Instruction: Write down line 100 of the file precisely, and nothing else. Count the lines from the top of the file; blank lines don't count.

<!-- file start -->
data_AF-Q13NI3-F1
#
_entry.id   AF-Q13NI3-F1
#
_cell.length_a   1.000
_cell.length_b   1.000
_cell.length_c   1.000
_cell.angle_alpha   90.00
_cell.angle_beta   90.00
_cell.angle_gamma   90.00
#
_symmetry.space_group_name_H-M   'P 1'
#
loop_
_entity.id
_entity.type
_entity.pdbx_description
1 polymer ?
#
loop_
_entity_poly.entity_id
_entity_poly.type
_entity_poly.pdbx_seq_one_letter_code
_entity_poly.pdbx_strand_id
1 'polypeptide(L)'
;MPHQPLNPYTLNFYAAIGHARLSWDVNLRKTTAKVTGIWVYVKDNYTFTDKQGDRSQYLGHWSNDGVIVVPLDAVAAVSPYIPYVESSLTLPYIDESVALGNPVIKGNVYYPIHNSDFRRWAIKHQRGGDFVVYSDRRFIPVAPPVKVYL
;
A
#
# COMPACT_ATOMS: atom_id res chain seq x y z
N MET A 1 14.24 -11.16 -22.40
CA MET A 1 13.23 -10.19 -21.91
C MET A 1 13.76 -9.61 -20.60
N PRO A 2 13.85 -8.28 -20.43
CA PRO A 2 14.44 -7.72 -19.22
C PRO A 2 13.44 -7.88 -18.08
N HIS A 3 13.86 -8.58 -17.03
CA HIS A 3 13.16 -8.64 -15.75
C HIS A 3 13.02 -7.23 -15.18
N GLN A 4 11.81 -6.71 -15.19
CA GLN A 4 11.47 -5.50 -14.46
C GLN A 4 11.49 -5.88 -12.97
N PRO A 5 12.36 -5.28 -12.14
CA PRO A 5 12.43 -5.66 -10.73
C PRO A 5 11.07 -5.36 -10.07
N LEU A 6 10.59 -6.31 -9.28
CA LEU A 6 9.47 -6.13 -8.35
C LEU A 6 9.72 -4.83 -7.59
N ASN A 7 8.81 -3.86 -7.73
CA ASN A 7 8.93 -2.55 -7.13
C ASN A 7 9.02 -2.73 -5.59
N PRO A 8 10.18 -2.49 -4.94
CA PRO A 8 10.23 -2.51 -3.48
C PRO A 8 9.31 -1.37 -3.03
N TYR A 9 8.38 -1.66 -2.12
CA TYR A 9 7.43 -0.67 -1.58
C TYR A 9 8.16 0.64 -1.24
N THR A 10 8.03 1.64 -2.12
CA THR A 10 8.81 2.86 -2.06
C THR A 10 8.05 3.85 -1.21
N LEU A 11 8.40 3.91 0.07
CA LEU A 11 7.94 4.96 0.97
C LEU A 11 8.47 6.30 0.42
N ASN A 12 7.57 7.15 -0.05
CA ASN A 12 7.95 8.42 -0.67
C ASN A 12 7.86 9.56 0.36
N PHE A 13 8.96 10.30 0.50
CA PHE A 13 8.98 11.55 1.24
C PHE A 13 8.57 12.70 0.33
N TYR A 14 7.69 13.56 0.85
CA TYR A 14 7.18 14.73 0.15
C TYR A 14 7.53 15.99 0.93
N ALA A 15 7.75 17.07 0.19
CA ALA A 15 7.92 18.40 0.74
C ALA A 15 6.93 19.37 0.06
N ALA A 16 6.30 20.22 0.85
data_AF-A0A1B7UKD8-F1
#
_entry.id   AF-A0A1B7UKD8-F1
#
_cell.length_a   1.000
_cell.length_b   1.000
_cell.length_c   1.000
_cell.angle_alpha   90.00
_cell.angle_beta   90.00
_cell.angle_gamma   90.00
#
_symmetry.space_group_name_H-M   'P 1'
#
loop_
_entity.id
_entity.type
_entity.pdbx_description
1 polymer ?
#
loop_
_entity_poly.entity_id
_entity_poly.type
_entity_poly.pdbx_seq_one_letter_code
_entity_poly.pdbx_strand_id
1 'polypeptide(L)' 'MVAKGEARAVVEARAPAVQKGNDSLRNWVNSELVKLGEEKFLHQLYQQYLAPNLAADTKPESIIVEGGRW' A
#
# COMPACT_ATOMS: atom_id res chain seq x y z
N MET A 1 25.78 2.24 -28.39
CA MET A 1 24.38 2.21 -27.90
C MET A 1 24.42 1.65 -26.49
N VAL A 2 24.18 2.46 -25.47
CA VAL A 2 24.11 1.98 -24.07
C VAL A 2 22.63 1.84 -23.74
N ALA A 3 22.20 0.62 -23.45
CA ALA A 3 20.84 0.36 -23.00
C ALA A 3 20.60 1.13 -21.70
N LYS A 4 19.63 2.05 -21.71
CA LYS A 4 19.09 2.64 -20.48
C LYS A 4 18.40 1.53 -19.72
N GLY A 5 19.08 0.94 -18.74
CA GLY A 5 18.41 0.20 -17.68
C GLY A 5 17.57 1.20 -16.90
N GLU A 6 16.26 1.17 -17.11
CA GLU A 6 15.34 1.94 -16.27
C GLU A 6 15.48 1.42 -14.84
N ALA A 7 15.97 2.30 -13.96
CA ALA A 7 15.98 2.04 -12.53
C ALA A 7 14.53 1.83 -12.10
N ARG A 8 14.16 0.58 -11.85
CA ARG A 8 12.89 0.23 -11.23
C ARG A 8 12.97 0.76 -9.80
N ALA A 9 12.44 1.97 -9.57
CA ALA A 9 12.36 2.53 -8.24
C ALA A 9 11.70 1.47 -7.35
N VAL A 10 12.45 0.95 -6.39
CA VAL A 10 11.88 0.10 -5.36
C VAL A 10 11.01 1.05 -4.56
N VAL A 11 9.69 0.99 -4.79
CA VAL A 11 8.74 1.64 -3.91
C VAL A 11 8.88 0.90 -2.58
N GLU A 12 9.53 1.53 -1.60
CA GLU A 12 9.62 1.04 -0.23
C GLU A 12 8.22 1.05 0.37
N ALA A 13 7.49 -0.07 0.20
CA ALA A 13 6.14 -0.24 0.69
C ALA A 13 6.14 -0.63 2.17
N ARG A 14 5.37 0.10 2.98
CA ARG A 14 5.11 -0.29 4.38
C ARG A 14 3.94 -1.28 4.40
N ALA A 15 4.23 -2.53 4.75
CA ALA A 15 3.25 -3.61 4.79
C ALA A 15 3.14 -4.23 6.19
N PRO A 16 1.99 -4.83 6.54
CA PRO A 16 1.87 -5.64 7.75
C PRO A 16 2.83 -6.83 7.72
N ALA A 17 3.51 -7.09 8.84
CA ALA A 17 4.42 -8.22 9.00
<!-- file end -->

_entity_poly.pdbx_strand_id